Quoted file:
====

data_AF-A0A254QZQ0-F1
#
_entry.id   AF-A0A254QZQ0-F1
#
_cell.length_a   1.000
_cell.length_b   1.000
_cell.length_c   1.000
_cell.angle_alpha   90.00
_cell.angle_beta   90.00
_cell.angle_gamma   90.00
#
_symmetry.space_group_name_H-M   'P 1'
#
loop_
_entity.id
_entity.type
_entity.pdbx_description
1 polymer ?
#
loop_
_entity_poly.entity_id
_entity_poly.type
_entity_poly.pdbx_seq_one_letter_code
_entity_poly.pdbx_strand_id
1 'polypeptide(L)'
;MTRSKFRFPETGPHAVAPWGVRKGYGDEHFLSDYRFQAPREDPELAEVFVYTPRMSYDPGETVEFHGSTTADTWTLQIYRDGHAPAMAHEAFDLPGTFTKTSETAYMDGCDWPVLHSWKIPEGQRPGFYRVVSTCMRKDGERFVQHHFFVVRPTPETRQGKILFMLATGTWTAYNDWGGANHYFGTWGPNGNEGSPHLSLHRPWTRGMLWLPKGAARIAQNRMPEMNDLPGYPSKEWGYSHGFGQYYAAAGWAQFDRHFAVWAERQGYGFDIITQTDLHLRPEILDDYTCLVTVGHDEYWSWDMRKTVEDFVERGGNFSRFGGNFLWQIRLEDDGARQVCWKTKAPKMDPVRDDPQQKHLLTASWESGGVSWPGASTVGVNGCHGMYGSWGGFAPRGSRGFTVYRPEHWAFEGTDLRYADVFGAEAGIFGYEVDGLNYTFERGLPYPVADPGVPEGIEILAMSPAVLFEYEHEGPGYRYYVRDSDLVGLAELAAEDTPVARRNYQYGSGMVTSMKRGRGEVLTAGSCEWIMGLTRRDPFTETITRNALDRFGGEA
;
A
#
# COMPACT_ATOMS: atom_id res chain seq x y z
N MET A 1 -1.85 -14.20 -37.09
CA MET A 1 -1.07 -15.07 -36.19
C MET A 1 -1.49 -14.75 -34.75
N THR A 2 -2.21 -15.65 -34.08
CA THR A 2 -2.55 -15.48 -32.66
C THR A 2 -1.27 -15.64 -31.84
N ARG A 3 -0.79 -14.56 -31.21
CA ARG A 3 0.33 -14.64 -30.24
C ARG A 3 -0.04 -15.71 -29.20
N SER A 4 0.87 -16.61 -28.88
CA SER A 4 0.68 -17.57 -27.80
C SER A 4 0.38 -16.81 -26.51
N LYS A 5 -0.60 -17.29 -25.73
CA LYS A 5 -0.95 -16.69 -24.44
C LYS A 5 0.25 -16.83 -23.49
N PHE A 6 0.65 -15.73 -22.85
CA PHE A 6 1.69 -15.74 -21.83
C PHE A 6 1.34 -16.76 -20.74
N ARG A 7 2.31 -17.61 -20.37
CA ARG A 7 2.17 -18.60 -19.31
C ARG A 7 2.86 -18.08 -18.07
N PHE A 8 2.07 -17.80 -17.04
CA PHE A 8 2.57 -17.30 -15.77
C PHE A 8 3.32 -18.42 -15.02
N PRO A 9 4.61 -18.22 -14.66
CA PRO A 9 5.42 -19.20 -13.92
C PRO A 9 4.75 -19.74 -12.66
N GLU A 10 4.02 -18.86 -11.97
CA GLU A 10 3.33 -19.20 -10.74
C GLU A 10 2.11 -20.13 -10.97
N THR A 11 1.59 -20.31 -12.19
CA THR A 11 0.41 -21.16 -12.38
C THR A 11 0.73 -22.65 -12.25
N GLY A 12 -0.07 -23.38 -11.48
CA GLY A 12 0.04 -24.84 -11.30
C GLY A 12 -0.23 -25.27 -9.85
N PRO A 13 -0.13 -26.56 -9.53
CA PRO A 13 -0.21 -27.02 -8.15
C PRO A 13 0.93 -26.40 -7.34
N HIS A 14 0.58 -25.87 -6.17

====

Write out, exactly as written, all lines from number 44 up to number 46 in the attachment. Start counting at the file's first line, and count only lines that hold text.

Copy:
CA LYS A 5 -0.95 -16.69 -24.44
C LYS A 5 0.25 -16.83 -23.49
N PHE A 6 0.65 -15.73 -22.85